Entertainment Music 08 Sep 2017 Private space &mdash ...

Private space — a singer’s workshed

DECCAN CHRONICLE. | JAYWANT NAIDU
Published Sep 8, 2017, 1:00 am IST
Updated Sep 8, 2017, 1:00 am IST
Award-winning Carnatic music vocalist, TM Krishna delves deep into the need for privacy from an artiste’s point of view.
TM Krishna
 TM Krishna

Well known Carnatic musician and social activist T.M. Krishna was invited by International Institute of Information Technology (IIIT), Hyderabad, to speak about the topic Privacy and Public Gaze — A Singer’s Reflection. According to Krishna, any musician who is alone in his practice room aims to be one with music. With no second person around, the musician is in a meditative mood. It is the private space of a musician. In contrast, during a public performance, the musician is surrounded by an audience who sometimes applaud at the wrong moment, which could be a disturbance to the musician’s privacy.  

According to Krishna, the popularity of a musician  does not necessarily lead to making of great music in a live concert. If a musician is playing to the gallery, the music produced in such a concert would never come close to being defined as creative music. This very question of giving preference to popularity of a musician made Krishna take a bold decision of refusing any concerts in the Chennai music season since December 2015. Krishna felt that the concerts were becoming more like a ritual of routine music, news reviews and recommendation opportunities. It was getting centered on so-called popular musicians, NRI students of senior musicians, ticketing module for entry and domination by a single community; keeping Carnatic music away from common people.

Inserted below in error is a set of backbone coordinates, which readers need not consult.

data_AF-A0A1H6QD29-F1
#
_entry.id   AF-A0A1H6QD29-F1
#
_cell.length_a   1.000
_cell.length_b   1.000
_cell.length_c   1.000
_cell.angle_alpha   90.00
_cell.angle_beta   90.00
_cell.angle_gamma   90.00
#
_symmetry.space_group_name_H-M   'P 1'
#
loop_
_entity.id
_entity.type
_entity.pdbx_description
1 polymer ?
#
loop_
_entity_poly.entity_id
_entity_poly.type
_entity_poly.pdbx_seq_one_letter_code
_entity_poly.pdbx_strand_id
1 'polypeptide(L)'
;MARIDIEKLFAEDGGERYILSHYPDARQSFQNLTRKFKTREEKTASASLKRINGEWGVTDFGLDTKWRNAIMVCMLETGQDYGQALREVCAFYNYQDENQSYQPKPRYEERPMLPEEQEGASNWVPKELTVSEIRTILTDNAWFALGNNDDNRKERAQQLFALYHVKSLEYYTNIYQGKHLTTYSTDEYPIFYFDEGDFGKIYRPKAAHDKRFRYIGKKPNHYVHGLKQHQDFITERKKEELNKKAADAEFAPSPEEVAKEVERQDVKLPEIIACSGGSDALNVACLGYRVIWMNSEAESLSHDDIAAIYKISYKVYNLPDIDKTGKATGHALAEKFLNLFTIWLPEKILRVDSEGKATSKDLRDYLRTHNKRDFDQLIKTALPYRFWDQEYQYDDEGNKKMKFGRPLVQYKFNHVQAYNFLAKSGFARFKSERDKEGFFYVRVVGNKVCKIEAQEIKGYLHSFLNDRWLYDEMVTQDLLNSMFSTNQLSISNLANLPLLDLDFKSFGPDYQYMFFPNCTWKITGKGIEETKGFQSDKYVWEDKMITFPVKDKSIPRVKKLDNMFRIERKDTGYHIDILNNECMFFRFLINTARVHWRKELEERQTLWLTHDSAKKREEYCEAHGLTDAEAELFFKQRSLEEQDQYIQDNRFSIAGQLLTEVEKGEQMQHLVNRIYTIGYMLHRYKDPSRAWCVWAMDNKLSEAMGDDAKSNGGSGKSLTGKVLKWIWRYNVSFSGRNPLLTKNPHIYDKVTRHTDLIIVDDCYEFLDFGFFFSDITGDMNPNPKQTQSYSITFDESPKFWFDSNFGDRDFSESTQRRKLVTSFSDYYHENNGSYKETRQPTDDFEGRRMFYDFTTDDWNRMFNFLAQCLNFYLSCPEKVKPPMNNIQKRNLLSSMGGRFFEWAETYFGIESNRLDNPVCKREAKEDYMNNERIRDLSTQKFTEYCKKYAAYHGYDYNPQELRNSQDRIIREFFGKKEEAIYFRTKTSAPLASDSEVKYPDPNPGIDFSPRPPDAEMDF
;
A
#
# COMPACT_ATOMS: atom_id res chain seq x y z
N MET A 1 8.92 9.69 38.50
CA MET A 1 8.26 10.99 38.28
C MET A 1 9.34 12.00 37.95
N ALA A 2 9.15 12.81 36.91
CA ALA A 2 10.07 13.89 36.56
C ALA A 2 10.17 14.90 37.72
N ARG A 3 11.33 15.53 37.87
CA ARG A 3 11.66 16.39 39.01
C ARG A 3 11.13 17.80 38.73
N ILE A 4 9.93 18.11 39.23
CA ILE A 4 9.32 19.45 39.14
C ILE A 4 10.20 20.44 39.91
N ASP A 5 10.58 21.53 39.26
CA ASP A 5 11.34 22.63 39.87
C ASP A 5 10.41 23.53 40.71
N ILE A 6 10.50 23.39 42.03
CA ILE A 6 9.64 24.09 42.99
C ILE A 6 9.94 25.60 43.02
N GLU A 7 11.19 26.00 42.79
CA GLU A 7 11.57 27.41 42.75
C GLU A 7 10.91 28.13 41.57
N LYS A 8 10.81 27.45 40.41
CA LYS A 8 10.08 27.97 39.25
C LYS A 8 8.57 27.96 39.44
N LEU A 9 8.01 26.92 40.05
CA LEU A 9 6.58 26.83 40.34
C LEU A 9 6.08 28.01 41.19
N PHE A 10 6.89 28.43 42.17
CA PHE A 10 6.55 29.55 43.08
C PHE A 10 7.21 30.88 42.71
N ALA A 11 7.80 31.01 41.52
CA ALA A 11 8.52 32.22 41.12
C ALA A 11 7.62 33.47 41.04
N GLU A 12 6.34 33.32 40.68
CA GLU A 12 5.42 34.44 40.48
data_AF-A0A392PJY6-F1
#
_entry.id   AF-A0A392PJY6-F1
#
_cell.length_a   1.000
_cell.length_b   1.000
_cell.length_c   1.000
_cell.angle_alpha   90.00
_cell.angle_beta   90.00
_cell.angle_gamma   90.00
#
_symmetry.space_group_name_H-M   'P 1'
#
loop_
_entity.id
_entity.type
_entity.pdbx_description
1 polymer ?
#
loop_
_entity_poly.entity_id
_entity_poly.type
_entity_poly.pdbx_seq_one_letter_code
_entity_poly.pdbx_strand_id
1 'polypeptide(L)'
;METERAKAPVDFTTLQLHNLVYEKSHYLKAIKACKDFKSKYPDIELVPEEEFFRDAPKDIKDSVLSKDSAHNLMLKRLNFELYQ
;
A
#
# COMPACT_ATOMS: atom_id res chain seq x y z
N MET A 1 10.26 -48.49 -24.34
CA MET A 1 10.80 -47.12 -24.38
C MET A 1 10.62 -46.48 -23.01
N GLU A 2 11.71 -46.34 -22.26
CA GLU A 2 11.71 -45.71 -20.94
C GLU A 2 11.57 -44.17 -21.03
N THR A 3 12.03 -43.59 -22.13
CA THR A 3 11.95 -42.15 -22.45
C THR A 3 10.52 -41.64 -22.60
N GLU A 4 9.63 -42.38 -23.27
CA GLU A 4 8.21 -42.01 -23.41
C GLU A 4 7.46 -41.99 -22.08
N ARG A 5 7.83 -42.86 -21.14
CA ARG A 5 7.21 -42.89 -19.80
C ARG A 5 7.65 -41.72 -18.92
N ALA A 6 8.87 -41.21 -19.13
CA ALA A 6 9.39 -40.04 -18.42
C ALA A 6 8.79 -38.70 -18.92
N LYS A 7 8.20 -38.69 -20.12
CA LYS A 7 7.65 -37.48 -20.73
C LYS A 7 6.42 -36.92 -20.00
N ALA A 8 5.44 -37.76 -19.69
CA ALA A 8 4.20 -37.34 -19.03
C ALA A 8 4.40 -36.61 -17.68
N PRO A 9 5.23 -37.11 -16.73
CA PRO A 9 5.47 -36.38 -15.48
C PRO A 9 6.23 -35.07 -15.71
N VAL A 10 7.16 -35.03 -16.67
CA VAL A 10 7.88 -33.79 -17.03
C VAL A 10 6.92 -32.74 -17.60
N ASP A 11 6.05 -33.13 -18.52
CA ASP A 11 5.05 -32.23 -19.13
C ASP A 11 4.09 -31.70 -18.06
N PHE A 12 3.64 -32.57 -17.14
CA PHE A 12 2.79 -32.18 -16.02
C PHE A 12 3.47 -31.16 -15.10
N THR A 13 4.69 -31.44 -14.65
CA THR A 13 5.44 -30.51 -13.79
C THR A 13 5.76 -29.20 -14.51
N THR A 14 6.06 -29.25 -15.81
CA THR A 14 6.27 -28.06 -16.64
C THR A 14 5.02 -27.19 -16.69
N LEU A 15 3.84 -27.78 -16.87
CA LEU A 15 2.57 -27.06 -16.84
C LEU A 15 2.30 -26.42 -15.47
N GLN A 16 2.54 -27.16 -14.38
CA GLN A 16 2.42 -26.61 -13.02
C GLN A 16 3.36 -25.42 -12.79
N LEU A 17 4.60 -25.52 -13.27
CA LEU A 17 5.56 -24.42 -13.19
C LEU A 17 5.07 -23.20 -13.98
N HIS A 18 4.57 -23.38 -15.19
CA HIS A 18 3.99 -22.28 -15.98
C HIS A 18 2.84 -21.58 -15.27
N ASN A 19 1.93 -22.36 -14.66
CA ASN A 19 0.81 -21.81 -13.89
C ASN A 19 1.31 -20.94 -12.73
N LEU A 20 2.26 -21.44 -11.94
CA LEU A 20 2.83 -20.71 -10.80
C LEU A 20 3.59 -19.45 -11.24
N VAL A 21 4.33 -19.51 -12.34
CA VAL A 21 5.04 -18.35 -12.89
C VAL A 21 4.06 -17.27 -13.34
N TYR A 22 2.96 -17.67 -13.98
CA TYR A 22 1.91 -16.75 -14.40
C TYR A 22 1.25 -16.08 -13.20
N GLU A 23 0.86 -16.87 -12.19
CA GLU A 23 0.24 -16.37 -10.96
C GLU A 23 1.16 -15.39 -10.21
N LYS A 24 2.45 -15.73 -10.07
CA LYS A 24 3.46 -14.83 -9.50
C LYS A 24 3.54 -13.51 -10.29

Krishna always felt that music was a great tool to spread awareness about burning issues like encroachment and environmental degradation of Ennore Creek in Chennai and lent voice for the cause by singing Chennai Poromboke Paadal. Krishna has been awarded The Ramon Magsaysay Award in the year 2016 in the ‘Emergent Leadership’ category for his effort of bringing social inclusiveness in culture. Towards these thoughts, Krishna initiated an art festival in Urur Olcott Kuppam fishing village to showcase classical art and fisher folk art forms on an equal footing. He has also performed along with the Jogappa transgender community artistes from North Karnataka. Krishna makes an interesting observation about the audience which attends concerts. Says Krishna, “Every person is individually aiming to get a sublime experience and the whole audience collectively also has the same purpose. Gospel music, Namasankeerthanam or Qawwali may be different forms of music, but the intention of their rendition is to attain the same soulful feeling. One has to understand that everyone’s goal is the same and it needs to be respected by one and all.” 

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